Several longtime residents complain of headaches and dramatic reductions in quality of life.
"My quiet, peaceful, serene world and home has been turned into a reality of grief, unending noise, annoyance and constant dealing with those in charge to help us," said Michael Fairneny of Florida.
"Wind energy has so much potential, and the completion of this project will be a big step forward in reducing our reliance on volatile, foreign fossil fuels," boasted Gov. Patrick this past December upon the completion of the Hoosac turbines. If wind energy does indeed have such potential, it should not be reliant upon the government for its business. Until wind energy, or any new source of energy, can exist without government intervention, it is obviously not suitable for popular consumption.
The Massachusetts Departments of Public Health and Environmental Protection continue endorsing noise guideline and noise sampling protocol tools which, both agencies admit, do not adequately address, nor properly mitigate the unique noise characteristics associated with Industrial Wind Turbines (June 30, 2011 letter from MassDEP to Falmouth Selectmen & Health Agent).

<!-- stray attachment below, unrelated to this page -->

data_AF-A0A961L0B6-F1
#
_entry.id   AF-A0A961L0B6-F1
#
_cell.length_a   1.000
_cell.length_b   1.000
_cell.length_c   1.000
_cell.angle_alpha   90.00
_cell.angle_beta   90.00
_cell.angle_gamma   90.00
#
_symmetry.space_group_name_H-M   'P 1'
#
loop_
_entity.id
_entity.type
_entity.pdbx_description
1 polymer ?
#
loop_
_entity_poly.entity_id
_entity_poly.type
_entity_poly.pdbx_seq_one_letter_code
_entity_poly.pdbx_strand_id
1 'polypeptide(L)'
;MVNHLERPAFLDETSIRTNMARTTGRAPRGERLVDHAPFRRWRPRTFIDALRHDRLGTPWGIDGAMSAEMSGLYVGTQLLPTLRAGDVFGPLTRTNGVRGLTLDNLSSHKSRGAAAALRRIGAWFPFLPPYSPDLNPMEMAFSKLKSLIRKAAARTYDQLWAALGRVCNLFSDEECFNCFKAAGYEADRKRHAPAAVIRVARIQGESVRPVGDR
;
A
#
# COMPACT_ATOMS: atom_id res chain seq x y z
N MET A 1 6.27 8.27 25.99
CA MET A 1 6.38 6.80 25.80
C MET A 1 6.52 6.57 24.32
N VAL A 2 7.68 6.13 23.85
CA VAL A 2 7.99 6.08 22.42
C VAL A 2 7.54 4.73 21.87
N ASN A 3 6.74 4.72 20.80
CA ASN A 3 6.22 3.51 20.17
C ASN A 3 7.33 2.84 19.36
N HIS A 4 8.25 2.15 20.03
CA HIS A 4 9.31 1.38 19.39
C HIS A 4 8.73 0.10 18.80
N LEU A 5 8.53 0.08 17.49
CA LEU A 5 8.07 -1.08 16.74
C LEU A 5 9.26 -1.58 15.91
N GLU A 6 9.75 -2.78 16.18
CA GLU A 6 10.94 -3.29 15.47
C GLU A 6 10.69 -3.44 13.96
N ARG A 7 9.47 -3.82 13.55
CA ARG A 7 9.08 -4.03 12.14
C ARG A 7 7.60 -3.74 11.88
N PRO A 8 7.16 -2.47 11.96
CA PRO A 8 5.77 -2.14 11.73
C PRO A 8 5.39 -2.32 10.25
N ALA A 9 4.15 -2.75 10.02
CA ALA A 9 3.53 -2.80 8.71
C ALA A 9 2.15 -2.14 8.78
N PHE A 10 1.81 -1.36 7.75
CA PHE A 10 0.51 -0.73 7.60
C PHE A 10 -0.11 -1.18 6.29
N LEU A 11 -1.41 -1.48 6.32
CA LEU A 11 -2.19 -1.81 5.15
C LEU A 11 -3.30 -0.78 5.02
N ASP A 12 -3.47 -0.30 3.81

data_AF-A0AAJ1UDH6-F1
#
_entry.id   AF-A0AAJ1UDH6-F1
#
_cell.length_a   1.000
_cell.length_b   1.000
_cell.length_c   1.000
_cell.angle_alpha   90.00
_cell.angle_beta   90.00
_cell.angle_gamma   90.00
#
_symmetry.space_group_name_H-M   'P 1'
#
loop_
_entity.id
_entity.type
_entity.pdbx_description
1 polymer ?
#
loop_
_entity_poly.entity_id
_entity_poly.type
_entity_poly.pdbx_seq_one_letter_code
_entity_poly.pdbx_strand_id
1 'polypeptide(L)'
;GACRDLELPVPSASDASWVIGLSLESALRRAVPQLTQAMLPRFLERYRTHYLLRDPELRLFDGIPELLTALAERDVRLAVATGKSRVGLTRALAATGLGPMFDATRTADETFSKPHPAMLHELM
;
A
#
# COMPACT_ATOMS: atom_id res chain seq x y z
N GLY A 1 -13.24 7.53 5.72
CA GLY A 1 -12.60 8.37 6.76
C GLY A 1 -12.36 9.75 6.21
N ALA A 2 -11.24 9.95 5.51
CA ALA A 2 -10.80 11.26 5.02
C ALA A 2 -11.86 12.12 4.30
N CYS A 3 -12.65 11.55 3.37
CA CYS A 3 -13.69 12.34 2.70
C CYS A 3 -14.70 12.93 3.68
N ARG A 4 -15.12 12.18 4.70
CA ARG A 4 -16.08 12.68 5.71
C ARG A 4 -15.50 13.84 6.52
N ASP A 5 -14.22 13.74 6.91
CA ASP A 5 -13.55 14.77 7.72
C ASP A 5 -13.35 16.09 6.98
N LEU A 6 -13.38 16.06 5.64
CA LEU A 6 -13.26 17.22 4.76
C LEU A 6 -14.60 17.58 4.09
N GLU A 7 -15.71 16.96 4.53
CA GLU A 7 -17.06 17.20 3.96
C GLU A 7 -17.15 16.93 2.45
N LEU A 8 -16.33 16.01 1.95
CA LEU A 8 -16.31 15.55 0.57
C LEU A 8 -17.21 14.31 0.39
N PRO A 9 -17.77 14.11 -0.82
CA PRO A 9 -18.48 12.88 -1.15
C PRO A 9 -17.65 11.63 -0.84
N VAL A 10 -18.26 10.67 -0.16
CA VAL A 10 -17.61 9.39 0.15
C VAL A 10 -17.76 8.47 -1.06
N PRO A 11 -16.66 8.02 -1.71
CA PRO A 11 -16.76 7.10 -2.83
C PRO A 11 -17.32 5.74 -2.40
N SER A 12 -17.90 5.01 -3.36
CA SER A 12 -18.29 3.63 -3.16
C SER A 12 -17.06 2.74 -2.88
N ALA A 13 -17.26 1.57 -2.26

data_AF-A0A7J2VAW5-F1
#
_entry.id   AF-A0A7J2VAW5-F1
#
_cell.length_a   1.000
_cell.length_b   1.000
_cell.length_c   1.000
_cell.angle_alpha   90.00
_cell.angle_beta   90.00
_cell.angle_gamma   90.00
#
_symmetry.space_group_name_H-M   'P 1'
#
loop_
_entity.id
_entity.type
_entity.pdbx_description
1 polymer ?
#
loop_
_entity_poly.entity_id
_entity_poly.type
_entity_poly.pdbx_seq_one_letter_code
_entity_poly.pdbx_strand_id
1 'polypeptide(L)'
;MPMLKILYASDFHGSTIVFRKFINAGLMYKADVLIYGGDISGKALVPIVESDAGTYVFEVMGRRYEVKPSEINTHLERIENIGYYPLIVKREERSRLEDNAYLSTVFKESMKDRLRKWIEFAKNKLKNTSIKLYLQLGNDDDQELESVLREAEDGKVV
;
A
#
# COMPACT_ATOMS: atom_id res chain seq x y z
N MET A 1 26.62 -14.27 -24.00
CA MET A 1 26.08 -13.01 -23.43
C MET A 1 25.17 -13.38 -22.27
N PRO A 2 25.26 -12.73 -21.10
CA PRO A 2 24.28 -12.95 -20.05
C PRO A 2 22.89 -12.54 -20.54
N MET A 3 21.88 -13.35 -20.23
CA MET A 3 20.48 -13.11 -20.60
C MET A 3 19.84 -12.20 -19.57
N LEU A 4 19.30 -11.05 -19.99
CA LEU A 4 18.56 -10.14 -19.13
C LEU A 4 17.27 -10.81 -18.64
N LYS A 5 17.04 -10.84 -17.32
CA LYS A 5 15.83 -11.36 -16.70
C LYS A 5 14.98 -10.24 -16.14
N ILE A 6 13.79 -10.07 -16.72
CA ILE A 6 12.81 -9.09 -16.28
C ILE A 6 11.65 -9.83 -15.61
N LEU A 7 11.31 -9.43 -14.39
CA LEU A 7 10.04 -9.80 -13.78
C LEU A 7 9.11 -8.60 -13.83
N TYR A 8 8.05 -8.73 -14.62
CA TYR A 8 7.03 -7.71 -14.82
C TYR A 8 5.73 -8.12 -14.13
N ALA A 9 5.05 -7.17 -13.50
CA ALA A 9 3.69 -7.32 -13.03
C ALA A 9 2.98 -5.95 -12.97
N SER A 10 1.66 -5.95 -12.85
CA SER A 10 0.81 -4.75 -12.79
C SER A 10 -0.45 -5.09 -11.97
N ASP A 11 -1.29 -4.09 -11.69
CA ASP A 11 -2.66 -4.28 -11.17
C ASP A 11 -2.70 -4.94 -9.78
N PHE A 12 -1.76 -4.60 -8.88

Just as we blame the poor for their poverty, we seem compelled to blame the victims of Big Wind for their own illness. Apostles of the wind industry, like Dr. Dora Mills, Dr. Robert McCunney and Australia's Professor Simon Chapman, are only too happy to furnish the tacit explanations needed to justify blaming these victims for their own plight. These typically include psychosomatic causes, hypochondria, delusions, and other forms of mental illness.
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The impetus for the escalation of health concern is born from inadequacies of zoning regulations recommended by wind energy promoters. The Massachusetts Clean Energy Center, a quasi-state agency focused on renewable energy development, has authored a state supported Wind Turbine Model Bylaw for municipalities considering wind energy projects. This is heralded as the state standard, yet more and more local boards of health are in a quandary.
Only so many words can describe the harm inflicted by Falmouth's wind power plants. In a few words, the problem remains a matter, not of town fiscal debt or global warming, but rather of only basic acceptable health and living conditions for your neighbors. The history of every place is normally more complicated than what we are lead to believe. Falmouth has the opportunity to keep it simple - value the